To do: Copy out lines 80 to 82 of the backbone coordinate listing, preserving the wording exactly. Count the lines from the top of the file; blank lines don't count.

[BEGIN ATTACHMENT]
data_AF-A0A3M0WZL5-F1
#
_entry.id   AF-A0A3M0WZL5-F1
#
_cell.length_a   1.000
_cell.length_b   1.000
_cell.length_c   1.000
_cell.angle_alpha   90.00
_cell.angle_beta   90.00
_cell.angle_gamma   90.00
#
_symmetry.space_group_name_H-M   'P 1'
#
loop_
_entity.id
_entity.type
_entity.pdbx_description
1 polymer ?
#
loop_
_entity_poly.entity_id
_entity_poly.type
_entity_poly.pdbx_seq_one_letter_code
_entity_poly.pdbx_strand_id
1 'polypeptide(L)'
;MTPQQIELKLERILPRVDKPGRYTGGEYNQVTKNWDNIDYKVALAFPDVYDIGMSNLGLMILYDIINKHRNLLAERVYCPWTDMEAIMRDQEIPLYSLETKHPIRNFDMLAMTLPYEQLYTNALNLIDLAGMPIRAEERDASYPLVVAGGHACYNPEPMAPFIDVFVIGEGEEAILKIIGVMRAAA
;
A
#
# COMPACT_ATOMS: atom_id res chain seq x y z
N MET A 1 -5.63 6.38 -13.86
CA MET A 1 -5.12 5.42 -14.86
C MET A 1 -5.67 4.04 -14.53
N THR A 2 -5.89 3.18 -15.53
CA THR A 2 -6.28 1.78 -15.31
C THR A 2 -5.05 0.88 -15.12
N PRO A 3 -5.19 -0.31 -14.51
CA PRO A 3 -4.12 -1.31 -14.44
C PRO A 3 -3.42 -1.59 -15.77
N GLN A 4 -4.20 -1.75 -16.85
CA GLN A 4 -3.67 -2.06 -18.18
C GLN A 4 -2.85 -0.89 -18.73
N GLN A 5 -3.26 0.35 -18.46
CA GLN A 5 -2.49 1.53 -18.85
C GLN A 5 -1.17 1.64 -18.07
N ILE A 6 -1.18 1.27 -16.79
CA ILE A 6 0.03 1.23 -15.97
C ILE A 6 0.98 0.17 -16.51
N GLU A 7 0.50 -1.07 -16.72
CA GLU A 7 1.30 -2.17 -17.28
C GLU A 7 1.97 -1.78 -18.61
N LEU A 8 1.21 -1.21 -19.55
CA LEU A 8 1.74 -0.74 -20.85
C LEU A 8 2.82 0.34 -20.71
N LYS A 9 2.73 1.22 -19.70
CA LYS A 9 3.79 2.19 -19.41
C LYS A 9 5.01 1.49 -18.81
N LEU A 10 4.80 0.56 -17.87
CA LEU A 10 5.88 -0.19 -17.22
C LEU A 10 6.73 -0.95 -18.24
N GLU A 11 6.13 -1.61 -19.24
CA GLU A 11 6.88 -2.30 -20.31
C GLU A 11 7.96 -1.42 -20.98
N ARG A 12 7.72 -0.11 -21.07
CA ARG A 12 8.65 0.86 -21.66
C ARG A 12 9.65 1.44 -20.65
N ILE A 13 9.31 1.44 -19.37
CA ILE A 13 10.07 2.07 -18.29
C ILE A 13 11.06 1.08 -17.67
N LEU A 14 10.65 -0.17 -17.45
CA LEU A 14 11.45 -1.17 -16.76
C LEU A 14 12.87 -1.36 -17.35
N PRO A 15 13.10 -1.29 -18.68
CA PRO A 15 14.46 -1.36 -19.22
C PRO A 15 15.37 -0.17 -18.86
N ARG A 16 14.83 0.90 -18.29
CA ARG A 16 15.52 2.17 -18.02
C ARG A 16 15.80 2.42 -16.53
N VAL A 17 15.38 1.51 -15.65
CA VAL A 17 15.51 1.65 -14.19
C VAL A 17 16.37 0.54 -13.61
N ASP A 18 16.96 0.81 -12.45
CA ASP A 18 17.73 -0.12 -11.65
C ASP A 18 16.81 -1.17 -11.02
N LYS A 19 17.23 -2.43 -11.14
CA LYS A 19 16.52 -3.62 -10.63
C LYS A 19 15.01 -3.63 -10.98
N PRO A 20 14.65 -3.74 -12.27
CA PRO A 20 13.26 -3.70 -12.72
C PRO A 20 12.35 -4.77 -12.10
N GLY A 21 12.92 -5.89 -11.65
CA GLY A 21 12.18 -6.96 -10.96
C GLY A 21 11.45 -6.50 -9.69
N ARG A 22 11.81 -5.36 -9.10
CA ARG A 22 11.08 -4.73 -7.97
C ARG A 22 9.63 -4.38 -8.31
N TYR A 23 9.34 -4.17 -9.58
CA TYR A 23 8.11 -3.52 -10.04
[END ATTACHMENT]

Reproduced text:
CA VAL A 17 15.51 1.65 -14.19
C VAL A 17 16.37 0.54 -13.61
N ASP A 18 16.96 0.81 -12.45